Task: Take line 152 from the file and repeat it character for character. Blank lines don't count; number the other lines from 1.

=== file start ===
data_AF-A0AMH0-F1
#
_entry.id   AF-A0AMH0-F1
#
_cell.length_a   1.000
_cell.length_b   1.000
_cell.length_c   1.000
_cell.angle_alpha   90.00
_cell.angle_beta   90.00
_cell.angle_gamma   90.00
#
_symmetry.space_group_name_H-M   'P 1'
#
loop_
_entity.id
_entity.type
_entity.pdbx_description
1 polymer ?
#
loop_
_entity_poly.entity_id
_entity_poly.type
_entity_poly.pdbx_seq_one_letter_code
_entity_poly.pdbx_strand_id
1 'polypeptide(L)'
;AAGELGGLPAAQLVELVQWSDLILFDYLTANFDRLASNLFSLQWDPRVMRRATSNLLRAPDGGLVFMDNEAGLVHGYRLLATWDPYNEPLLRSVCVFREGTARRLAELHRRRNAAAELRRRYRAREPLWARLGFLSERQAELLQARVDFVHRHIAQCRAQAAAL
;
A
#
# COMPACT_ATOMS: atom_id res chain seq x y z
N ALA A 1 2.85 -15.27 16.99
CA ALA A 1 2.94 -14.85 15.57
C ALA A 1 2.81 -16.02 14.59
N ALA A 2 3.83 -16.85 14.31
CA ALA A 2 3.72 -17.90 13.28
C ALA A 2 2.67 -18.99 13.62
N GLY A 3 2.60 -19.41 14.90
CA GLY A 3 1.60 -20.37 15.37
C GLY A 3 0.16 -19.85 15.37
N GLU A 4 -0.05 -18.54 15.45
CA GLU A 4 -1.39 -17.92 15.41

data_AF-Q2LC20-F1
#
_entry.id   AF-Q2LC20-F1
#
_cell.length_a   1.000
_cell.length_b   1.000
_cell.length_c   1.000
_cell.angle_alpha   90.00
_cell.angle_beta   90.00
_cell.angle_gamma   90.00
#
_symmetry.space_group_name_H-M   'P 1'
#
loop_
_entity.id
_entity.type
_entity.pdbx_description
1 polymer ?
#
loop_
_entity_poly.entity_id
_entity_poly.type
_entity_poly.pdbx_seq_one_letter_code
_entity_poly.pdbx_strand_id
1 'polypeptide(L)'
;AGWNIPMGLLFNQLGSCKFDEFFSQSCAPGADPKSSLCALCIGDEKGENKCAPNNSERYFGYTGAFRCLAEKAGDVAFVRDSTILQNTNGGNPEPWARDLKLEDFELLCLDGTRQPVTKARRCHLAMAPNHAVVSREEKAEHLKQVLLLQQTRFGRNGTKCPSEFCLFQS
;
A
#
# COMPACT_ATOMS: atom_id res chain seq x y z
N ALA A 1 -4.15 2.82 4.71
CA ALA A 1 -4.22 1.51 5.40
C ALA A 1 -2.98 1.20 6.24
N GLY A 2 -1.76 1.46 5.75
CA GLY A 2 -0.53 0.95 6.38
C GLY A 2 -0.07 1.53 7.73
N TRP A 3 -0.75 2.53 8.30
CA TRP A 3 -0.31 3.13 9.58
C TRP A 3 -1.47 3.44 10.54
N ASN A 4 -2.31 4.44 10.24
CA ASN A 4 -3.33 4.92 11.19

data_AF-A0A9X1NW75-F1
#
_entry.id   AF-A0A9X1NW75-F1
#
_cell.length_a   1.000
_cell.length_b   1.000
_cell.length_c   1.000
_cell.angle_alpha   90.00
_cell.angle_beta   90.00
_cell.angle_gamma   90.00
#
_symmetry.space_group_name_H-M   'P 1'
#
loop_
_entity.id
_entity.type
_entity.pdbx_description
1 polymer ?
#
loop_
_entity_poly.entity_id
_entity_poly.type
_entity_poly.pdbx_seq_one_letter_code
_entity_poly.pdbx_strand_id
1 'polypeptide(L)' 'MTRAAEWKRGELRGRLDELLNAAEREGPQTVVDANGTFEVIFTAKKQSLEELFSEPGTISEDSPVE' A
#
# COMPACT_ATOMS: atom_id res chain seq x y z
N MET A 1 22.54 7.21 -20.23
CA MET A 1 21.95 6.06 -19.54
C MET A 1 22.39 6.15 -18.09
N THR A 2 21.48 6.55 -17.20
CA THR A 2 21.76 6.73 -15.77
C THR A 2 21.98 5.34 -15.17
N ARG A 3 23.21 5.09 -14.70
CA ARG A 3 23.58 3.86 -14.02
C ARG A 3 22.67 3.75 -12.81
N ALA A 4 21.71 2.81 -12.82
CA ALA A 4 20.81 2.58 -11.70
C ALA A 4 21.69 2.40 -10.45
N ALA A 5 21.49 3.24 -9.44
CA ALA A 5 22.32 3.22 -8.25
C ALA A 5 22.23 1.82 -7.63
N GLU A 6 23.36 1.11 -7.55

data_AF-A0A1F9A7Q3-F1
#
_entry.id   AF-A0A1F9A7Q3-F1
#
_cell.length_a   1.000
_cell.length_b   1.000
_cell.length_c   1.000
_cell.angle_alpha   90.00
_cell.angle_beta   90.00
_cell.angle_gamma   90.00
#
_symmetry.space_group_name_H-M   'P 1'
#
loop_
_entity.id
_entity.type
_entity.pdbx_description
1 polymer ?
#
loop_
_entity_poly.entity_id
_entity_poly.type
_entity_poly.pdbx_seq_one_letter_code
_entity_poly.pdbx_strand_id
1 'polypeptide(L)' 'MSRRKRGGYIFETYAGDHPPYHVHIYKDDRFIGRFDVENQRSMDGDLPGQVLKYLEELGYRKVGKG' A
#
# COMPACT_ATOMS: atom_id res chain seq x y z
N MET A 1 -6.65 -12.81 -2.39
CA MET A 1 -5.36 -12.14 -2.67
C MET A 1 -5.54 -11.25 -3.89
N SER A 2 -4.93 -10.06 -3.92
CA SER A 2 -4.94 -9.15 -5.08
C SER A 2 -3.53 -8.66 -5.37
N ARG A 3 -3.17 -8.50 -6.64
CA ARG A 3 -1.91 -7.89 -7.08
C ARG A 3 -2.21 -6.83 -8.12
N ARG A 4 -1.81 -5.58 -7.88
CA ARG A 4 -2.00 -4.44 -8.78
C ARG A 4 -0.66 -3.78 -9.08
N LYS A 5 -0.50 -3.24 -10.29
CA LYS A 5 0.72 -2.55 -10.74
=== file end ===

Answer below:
# COMPACT_ATOMS: atom_id res chain seq x y z